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CardName: Megamorph Cost: Type: Pow/Tgh: / Rules Text: Flavour Text: Set/Rarity: Conversation None

Megamorph
 
 
Updated on 13 Mar 2015 by Jack V

History: [-]

2015-03-02 19:47:14: Jack V created and commented on the card Megamorph

Fascinated to see what megamorph turned out to be. (Like morph, but a +1/+1 counter when turned face up) Fan design speculation correctly picked up hints it would be a morph or manifest variant, and was on target with what sort of things would work, according to what Rosewater said wizards had tried.

But as with many reveals, wizards answer has interesting game play strategy, but is MUCH simpler rules wise than most things fan designers were considering.

Personally I would've been fine with keeping manifest or morph as is. What surprised me the most was actually the return of Rebound. three returning mechanics? now that was a surprise.

Also holy molly that Stratus Dancer is a good card! Blue Stormfront Pegasus with upsides? Geeze!

Oh wow, I hadn't read the other spoilers yet. I should have expected more returning mechanics -- it makes sense for mechanics which have enough design space for a guild, but maybe not more. But I totally did NOT see that coming!

I love the idea of formidable, especially the "grants trample" one, it makes so much sense for G/r.

Oh, and yes, I was too busy looking at Stratus Dancer's mechanics to evaluate it. But I don't know, a 2/1 that can be a counter, and can be a 3/2 flier is certainly good! But Stormfront Pegasus is good for a common, but not really for constructed. I'd like to see a constructed format where 2/1 fliers were relevant, for standard, small creatures probably need to be close to Stratus Dancer to see a lot of play.

Formidable is a very nice alternate tweak on Ferocious. Megamorph... in some ways it seems rather dull (the name is utterly naff, and the effect is about as small a tweak on morph as is possible), but it is a clever variation in that it gives you a reason to cast things face-down, while still potentially having reasons to cast them face up too; while also keeping consistency with morph so you can't tell whether something was a morph or a megamorph.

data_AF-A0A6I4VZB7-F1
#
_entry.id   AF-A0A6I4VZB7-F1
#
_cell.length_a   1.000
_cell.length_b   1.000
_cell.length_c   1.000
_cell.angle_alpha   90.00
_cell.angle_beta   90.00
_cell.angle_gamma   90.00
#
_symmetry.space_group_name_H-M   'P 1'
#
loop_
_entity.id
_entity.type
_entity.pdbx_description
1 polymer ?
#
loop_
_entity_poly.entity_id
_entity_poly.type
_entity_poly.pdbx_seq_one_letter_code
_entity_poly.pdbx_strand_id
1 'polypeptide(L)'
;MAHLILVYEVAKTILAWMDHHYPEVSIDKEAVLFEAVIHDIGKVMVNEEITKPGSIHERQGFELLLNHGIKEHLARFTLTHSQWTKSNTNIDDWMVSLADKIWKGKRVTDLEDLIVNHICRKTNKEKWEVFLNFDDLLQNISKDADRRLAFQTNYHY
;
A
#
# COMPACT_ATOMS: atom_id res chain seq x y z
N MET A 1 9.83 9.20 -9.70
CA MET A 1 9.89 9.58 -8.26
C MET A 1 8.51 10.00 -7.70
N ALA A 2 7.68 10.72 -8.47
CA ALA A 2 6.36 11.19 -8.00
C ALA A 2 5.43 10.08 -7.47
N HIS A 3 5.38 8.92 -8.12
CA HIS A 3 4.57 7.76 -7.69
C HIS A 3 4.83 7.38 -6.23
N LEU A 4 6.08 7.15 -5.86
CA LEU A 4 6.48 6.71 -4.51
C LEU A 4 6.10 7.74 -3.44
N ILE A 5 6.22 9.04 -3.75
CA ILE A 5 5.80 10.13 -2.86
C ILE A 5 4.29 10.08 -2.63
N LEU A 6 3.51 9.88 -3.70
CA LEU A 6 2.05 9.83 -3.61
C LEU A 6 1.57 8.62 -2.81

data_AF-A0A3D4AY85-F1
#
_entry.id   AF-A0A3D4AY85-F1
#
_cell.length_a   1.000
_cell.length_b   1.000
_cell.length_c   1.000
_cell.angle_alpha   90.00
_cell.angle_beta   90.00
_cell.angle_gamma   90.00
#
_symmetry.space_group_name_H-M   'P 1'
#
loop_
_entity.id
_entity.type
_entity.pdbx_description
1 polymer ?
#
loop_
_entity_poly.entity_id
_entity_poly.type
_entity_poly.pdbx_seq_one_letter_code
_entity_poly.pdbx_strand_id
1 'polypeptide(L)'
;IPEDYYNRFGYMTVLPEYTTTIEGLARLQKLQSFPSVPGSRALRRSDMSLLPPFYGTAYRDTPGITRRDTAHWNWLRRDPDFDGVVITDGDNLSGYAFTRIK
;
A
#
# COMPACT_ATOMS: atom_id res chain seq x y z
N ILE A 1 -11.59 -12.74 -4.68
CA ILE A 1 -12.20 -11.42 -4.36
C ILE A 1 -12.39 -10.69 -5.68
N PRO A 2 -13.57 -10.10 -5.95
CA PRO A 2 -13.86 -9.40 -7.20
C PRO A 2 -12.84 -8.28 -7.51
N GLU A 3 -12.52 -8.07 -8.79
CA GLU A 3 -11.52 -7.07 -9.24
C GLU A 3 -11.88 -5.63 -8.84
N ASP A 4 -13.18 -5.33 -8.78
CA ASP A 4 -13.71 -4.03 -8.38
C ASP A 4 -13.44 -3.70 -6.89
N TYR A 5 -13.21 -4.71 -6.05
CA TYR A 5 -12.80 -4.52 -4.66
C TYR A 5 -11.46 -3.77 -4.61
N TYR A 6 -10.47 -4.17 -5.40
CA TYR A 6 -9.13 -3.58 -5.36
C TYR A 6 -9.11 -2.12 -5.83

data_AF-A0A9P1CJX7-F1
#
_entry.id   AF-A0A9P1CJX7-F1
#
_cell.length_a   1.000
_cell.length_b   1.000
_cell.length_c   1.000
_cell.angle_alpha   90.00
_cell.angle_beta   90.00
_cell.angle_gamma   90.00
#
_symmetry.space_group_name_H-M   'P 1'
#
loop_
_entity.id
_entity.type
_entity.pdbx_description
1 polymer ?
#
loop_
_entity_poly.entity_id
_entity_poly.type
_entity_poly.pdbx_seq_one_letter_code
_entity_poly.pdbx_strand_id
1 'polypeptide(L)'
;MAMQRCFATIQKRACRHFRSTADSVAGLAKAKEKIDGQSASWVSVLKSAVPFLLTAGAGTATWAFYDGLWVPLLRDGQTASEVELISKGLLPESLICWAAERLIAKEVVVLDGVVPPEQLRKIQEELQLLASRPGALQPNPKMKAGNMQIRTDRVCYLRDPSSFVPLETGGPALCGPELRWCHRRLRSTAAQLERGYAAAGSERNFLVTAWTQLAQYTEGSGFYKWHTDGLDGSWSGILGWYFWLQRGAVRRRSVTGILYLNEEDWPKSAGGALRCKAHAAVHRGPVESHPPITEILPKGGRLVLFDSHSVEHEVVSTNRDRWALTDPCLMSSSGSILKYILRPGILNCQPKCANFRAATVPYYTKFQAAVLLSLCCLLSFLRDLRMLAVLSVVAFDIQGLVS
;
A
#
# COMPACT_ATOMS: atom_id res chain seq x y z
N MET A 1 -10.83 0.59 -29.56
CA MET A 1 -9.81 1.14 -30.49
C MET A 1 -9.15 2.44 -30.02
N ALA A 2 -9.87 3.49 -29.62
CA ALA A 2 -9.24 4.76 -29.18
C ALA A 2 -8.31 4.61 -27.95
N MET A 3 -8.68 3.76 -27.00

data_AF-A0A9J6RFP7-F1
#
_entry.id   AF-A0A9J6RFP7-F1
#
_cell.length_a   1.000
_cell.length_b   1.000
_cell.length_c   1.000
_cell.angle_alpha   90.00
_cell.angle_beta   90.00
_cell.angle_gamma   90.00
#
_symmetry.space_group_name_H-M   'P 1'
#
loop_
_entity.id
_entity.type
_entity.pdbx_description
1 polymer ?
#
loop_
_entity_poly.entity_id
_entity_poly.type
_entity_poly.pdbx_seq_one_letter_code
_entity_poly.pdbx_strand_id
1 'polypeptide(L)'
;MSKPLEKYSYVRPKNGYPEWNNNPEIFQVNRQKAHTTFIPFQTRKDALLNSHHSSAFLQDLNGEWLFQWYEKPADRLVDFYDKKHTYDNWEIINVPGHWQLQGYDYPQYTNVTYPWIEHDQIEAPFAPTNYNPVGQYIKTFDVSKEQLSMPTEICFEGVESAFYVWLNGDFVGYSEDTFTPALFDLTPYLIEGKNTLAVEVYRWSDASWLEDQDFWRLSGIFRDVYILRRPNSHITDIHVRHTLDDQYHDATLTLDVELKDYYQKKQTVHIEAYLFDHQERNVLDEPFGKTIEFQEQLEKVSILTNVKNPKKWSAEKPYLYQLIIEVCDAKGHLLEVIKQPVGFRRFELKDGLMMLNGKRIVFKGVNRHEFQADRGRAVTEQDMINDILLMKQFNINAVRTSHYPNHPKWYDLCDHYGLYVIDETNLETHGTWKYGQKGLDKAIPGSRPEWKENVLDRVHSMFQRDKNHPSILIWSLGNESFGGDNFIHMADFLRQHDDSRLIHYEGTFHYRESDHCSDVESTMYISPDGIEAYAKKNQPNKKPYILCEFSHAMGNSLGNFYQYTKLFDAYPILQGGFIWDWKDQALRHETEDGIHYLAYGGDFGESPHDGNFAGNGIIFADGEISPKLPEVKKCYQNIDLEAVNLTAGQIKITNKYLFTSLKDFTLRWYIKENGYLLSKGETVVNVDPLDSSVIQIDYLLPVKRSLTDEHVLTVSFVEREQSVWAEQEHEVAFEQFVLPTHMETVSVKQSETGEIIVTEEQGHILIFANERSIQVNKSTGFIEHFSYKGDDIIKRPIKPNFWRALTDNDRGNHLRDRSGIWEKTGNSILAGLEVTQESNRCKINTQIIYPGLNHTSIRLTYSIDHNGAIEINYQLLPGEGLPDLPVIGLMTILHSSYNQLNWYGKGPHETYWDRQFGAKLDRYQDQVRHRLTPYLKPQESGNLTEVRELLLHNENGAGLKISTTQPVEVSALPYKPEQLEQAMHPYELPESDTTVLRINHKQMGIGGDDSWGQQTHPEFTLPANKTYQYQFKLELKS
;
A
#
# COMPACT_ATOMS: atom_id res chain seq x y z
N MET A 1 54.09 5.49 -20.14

I am still surprised that spellmorph hasn't turned up this block. It seems so natural. Possibly it turns out to be too much of a cost, paying 3 up front and then having to give up your useful 2/2 later to get a spell effect. The spells would have to be pretty expensive / powerful for that to be worth it. Has anyone ever playtested with spellmorph to see if it works?

The name is pretty ridiculous, unless it's a purposeful references to Animorphs, in which case I approve.
I'm torn as to whether I find the tweak intriguing or frustrating. On the one hand, it's a simple, moderately interesting tweak to an existing mechanic. On the other hand, it's just "better" than morph, which annoys me a bit. It's also rather boring.

I wish we had seen spellmorph, but I don't think it fit the flavor of morph in this block.

Good point, morph doesn't have that much flavour so it usually can fit, but it would have fit less well. Megamorph makes sense.

Which makes me curious again, it did feel like the comp rules changes for fate reforged were enabling spellmorph, possibly deliberately. So, is it still actually impossible in the rules for some reason I can't see? Or is it too complex? (I don't see why.) Or are they saving it for a block (hypothetical or specific) where it fits well. Or is it actually less tactically interesting than morph?

I'm not sure. I find Lumithread Field and Zoetic Cavern interesting, but to be honest I've never played with them. I would have to play with spellmorph to know.

Aha. Sam Stoddard says over here "One of the original concepts for how the Tarkir block would work was to put morph on creatures in Khans, lands in Fate, and noncreatures in Dragons." He makes the good point that if the only morphs in a particular set are noncreatures, then you don't need to worry about blocking a morph on a 2/3 - at least, no more than you do about any other 2/2.

That's a very sensible point. It removes a bit of the strategic thought from morph. It would be less of a problem with a mix of card types under the morph, of course.
Obscuring Aether really tantalizes me with what could have been.

As long as at least... maybe 40% of the morphs in the set are creatures, and that remains true once you filter out bad or unplayable cards, then yes, I think the remaining 60% ought to be able to be Auramorphs or spellmorphs.

Yeah, this is sort of what I was thinking with "less tactically interesting", that if it stops being a creature, it removes some of the mystery of "is this a good blocking decision". Not all, but some. I realise, I spent so long thinking whether spellmorph would work in the rules, I hadn't considered if it would be fun...

OTOH, I'm still curious if they're exploring spellmorph. Sam says "non-creature morphs" and "aura morphs" but doesn't specify if they ever tried non-permanent morphs :)

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